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Mobile Communications Systems. Janaka Harambearachchi. Modulation, coding, compression and encryption techniques. 1 Analogue modulation : time domain (waveforms), frequency domain (spectra), amplitude modulation (am), frequency modulation (fm), phase modulation (pm)

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## Mobile Communications Systems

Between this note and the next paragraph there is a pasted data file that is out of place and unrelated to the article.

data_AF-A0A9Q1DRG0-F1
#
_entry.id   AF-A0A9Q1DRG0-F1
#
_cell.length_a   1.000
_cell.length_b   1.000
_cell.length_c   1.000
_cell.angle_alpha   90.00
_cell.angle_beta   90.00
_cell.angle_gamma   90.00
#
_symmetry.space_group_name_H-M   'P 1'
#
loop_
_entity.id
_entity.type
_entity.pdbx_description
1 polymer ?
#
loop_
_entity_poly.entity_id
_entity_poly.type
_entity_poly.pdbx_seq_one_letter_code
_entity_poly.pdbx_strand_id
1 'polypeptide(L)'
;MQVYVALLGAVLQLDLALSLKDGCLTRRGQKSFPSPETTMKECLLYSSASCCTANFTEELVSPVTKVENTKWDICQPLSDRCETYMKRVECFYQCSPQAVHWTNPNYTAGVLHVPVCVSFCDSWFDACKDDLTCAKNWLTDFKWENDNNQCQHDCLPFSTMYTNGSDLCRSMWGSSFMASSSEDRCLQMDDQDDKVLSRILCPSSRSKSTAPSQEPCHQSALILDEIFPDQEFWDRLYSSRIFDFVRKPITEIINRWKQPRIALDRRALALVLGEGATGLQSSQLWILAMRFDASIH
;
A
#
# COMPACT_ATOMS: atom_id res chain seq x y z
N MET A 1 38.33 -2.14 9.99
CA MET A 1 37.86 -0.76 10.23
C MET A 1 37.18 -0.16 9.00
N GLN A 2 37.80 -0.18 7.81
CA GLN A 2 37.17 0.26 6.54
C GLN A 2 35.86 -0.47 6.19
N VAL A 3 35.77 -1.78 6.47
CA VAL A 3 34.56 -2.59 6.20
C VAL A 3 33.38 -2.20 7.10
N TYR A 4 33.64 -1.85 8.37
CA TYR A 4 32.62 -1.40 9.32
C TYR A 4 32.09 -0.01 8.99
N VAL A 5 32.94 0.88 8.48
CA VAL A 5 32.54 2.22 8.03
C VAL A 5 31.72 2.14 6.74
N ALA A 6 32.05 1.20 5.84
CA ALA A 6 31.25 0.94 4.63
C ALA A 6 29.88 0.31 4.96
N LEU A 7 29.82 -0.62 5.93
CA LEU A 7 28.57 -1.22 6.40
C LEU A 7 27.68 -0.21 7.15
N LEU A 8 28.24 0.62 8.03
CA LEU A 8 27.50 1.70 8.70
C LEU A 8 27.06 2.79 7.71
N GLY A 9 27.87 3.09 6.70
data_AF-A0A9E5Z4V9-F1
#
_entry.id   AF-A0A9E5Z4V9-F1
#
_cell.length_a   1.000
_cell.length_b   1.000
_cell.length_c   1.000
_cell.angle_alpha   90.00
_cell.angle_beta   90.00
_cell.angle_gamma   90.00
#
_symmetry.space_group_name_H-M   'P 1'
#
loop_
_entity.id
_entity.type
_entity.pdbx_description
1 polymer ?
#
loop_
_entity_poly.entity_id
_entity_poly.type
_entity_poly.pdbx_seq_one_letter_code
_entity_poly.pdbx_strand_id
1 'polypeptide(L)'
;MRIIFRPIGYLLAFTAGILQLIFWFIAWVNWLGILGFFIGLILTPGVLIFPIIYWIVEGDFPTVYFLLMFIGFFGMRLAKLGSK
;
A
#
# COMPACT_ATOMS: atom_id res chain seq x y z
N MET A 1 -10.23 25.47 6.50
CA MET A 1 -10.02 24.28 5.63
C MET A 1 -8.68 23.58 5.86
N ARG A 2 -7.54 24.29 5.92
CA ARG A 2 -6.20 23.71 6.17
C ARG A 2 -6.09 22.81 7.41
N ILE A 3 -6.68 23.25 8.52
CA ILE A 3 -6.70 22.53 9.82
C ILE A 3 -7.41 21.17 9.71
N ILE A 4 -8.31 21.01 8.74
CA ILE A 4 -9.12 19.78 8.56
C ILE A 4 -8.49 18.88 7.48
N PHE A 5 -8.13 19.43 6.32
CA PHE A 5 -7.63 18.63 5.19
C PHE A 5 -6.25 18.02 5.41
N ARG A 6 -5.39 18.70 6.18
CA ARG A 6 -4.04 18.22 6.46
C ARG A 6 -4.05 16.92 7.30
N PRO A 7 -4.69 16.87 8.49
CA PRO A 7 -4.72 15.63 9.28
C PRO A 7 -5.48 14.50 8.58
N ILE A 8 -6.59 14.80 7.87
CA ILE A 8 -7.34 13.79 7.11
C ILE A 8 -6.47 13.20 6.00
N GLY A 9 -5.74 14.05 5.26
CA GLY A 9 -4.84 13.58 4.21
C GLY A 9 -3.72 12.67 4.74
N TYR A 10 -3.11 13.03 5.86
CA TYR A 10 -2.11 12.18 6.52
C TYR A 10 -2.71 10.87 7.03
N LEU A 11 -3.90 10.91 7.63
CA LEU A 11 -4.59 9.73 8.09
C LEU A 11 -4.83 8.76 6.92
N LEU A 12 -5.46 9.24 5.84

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**Mobile Communications Systems**Janaka Harambearachchi**Modulation, coding, compression and encryption techniques**• 1 Analogue modulation: time domain (waveforms), frequency domain (spectra), amplitude modulation (am), frequency modulation (fm), phase modulation (pm) • 2 Digital modulation: waveforms and spectra, Frequency Shift Keying (FSK), Binary Phase Shift Keying (BPSK) [including Gaussian Minimum Shift Keying (GMSK)], Quadrature • Phase Shift Keying (QPSK) [including π/4QPSK] • 3 Error coding: General principles of block, convolutional, parity, interleaving • 4 Compression: Regular Pulse Excitation – Linear Predictive Coding – Long Term Prediction (RPE-LPC-LTP)**Overview**Communication is the transfer of information from one place to another. This should be done - as efficiently as possible - with as much fidelity/reliability as possible - as securely as possible Communication System: Components/subsystems act together to accomplish information transfer/exchange.**Elements of a Communication System**Input message Output message Input Transducer Output Transducer Transmitter Channel Receiver**Input Transducer: The message produced by a source must be**convertedby a transducer to a form suitable for the particular type of communication system. Example: In electrical communications, speech waves are converted by a microphone to voltage variation. Transmitter: The transmitter processes the input signal to produce a signal suits to the characteristics of the transmission channel. Signal processing for transmission almost always involves modulation and may also include coding. In addition to modulation, other functions performed by the transmitter are amplification, filtering and coupling the modulated signal to the channel.**Channel:The channel can have different forms: The atmosphere**(or free space), coaxial cable, fiber optic, waveguide, etc. The signal undergoes some amount of degradation from noise, interference and distortion Receiver: The receiver’s function is to extract the desired signal from the received signal at the channel output and to convert it to a form suitable for the output transducer. Other functions performed by the receiver: amplification (the received signal may be extremely weak), demodulation and filtering. Output Transducer: Converts the electric signal at its input into the form desired by the system user. Example: Loudspeaker, personal computer (PC), tape recorders.**To be transmitted, Information (Data) must be transformed to**electromagnetic signals.**Electromagnetic Spectrum**http://www.edumedia-sciences.com/a185_l2-transverse-electromagnetic-wave.html**1.6 Radio Wave Propagation Modes**1 Ground Wave Propagation Follows contour of the earth Can Propagate considerable distances Frequencies up to 2 MHz Example : AM radio**2 Sky Wave Propagation**Signal reflected from ionized layer of atmosphere. Signal can travel a number of hops, back and forth Examples SW radio 3 Line-of-Sight Propagation Transmitting and receiving antennas must be within line of sight example Satellite communication Ground communication**ANALOG AND DIGITAL**Data (Information) can be analog or digital. The term analog data refers to information that is continuous; digital data refers to information that has discrete states. Analog data take on continuous values. Digital data take on discrete values. Topics discussed in this section: Analog and Digital DataAnalog and Digital SignalsPeriodic and Nonperiodic Signals**Data can be analog or digital. Analog data are continuous**and take continuous values. Digital data have discrete states and take discrete values.**Signals can be analog or digital. Analog signals can have an**infinite number of values in a range; digital signals can have only a limited number of values.**In communication systems, we commonly use periodic analog**signals and nonperiodic digital signals.**PERIODIC ANALOG SIGNALS**Periodic analog signals can be classified as simple or composite. A simple periodic analog signal, a sine wave, cannot be decomposed into simpler signals. A composite periodic analog signal is composed of multiple sine waves. Topics discussed in this section: Sine WaveWavelengthTime and Frequency DomainComposite Signals Bandwidth**Figure Two signals with the same phase and frequency,**but different amplitudes**Figure Two signals with the same amplitude and phase,**but different frequencies**Example**The period of a signal is 100 ms. What is its frequency in kilohertz? Solution First we change 100 ms to seconds, and then we calculate the frequency from the period (1 Hz = 10−3 kHz).**Frequency is the rate of change with respect to time. Change**in a short span of time means high frequency.Change over a long span of time means low frequency.**If a signal does not change at all, its frequency is zero.**If a signal changes instantaneously, its frequency is infinite.**Phase describes the position of the waveform relative to**time 0.**Figure Three sine waves with the same amplitude and**frequency, but different phases**Example**A sine wave is offset 1/6 cycle with respect to time 0. What is its phase in degrees and radians? Solution We know that 1 complete cycle is 360°. Therefore, 1/6 cycle is**Figure The time-domain and frequency-domain plots of a sine**wave**A complete sine wave in the time domain can be represented**by one single spike in the frequency domain.**Example**The frequency domain is more compact and useful when we are dealing with more than one sine wave. For example, Next Figure shows three sine waves, each with different amplitude and frequency. All can be represented by three spikes in the frequency domain.**Figure The time domain and frequency domain of three sine**waves**A single-frequency sine wave is not useful in communication**systems; we need to send a composite signal, a signal made of many simple sine waves.**According to Fourier analysis, any composite signal is a**combination of simple sine waves with different frequencies, amplitudes, and phases.**If the composite signal is periodic, the decomposition gives**a series of signals with discrete frequencies; if the composite signal is nonperiodic, the decomposition gives a combination of sine waves with continuous frequencies.**Figure A composite periodic signal**Above Figure shows a periodic composite signal with frequency f. This type of signal is not typical of those found in data communications. We can consider it to be three alarm systems, each with a different frequency. The analysis of this signal can give us a good understanding of how to decompose signals.**Figure Decomposition of a composite periodic signal in the**time and frequency domains